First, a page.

(4) Re: GROUND No. 4:

(4.1) In this Ground, the assessee has submitted:

“On the facts and in the circumstances and in the law, the Ld. AO has grossly erred in invoking section 143(1)(a) and thereby making addition of Rs. 12,51,779/- and hence the addition of Rs. 12,51,779/- is beyond the authority, illegal and deserves to be deleted.”

(4.2) We reproduce below the section 143(1)(a)(iv):

“Section 143(1)(a) – the total income or loss shall be computed after making the following adjustments, namely:

(iv) disallowance of expenditure indicated in the audit report but not taken into account in computing the total income in the return”.

Thus, it may be noted that the scope of section 143(1)(a)(iv) is very much restricted in as much as the only permissible adjustment is on account of “disallowance of expenditure indicated in the audit report” and nothing beyond that.

(4.3) At this stage we invite your kind attention to the Audit-Report (Form 3CD), which is being submitted herewith as Annexure-4.

A perusal of Form 3CD demonstrates that there are 44 clauses of reporting by the auditors and different clauses have different types of reporting.

Let us first move to Clause No. 20(b), which is relevant to us. This clause has following reporting:

“20(b):

Details of contributions received from employees for various funds as referred to in section 36(1)(va):

S.No. Nature of
fund
Sum received
from employees
Due date for payment The actual
amount paid
The actual date of payment to the concerned authorities
1
2

This reporting, as can be seen, does not require reporting of any disallowance.

Now we move to some other clauses:

Clause No. Reporting
21(b) Amount inadmissible under section 40(a)
21(c) Amounts debited to Profit and Loss account, being interest, salary, bonus, commission or remuneration inadmissible under section 40(b)/(ba) and computation thereof.
S.No. Particulars Section Amount debited

to P&L
A/c

Amount admissible Amount inadmissible
21(d) Disallowance / deemed income u/s 40A(3)
21(e) Provision for payment of gratuity not allowable under section 40A(7)
21(f) Any sum paid by the assessee as an employer not allowable under section 40A(9)
21(h) Amount of deduction inadmissible in terms of section 14A in respect of expenditure incurred in relation to income which does not form part of the total income
21(i) Amount inadmissible under the proviso to section 36(1)(iii)
22 Amount of interest inadmissible under section 23 of the Micro, Small and Medium Enterprises Development Act, 2006

These are the clauses which require auditor’s reporting of the amount “inadmissible”, “disallowable” or “not allowable”.

Thus, there is a material difference in reporting, viz. (i) Clause No. 20(b), which is relevant to present appeal, does not contain any kind of disallowance, but (ii) Clause No. 21(b) to 22, require reporting of disallowance.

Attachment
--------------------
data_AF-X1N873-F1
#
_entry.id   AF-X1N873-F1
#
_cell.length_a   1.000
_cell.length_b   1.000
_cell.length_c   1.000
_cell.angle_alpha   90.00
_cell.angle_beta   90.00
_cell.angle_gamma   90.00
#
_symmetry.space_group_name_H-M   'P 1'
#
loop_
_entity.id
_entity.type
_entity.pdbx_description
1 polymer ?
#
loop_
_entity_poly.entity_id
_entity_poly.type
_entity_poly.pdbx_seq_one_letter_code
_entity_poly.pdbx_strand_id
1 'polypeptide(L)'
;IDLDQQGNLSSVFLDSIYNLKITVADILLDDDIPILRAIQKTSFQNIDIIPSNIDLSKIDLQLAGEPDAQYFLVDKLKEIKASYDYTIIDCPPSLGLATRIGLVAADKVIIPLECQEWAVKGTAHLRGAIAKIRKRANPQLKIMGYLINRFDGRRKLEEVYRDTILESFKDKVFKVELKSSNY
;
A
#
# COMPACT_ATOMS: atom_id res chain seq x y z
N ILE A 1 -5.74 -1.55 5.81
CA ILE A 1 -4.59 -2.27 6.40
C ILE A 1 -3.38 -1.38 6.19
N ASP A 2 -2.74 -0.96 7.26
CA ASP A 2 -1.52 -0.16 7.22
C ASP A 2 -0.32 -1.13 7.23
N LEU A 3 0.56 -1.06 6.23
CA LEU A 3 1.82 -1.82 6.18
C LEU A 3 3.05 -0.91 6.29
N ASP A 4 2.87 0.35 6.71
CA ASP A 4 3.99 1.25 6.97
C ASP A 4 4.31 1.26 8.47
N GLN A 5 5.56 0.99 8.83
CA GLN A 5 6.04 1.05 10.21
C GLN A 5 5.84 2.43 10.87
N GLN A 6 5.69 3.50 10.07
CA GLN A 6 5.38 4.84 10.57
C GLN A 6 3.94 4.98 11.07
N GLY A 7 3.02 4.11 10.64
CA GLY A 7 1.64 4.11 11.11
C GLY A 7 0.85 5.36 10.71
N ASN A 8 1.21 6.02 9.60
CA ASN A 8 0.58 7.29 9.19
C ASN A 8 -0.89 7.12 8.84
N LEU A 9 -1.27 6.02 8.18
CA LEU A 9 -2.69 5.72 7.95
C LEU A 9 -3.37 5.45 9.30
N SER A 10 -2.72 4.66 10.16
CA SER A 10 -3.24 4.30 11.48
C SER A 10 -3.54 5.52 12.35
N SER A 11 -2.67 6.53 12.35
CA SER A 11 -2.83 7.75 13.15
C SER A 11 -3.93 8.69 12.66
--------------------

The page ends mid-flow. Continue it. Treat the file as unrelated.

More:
(4.4) Turning back to the law, it is a well-settled law that the processing under section 143(1) is very limited and the AO can make only those adjustments as are prescribed in section 143(1)(a) and not beyond that. Further, the verdict of clause (iv) of section 143(1)(a) is very much clear. It permits the AO to make adjustment of a particular kind i.e. disallowance of expenditure indicated in the audit report but not taken into account in computing the total income in the return.

Thus, the AO can make adjustment in respect of only those items which are reported by the auditor as disallowance. The AO cannot make adjustment of all the 44 clauses reported in Form 3CD.

(4.5) As the Clause No. 20(b) does not indicate any disallowance by the auditor, the Ld. AO has stepped beyond the authority of section 143(1)(a)(iv).

(4.6) Therefore, this Ground may please be allowed.

In view of above, the assessee very humbly prays to allow the various grounds of appeal to meet the end of law and justice.

Thanking you,

Yours Faithfully,

(_____________________ ) A/R

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7 Comments

  1. CA Manish Jajoo says:

    You have the subtle art of lucidness. This write up of #BMBiyani is a must read for every student, practitioner, businesspersons, conflict resolvers, negotiators, executive of the country. So many efforts have to be put before floor level officers to make them understand the settled law. It raises the very question of their competitiveness and the exam/selection process they Undergo. If public is responsible for their pathetic conditions than the limbs of governance are equally and more responsible to learn from this write up.
    Kudos. Keep it up.
    This contribution Of time to the society ought to be remembered by the contemporaries.

  2. Amit Kothari says:

    Well drafted reply. 👍🙏It can also be argued that the collection of employees contribution is a liability to be paid to the concerned department. This was provided in definition of income if not paid in due time under the respective law. But when this is paid deduction is not restricted. The deduction of this amount when paid would be governed by section 37/43B. If it is paid before due time of filing the return disallowance of business expenditure cannot be made.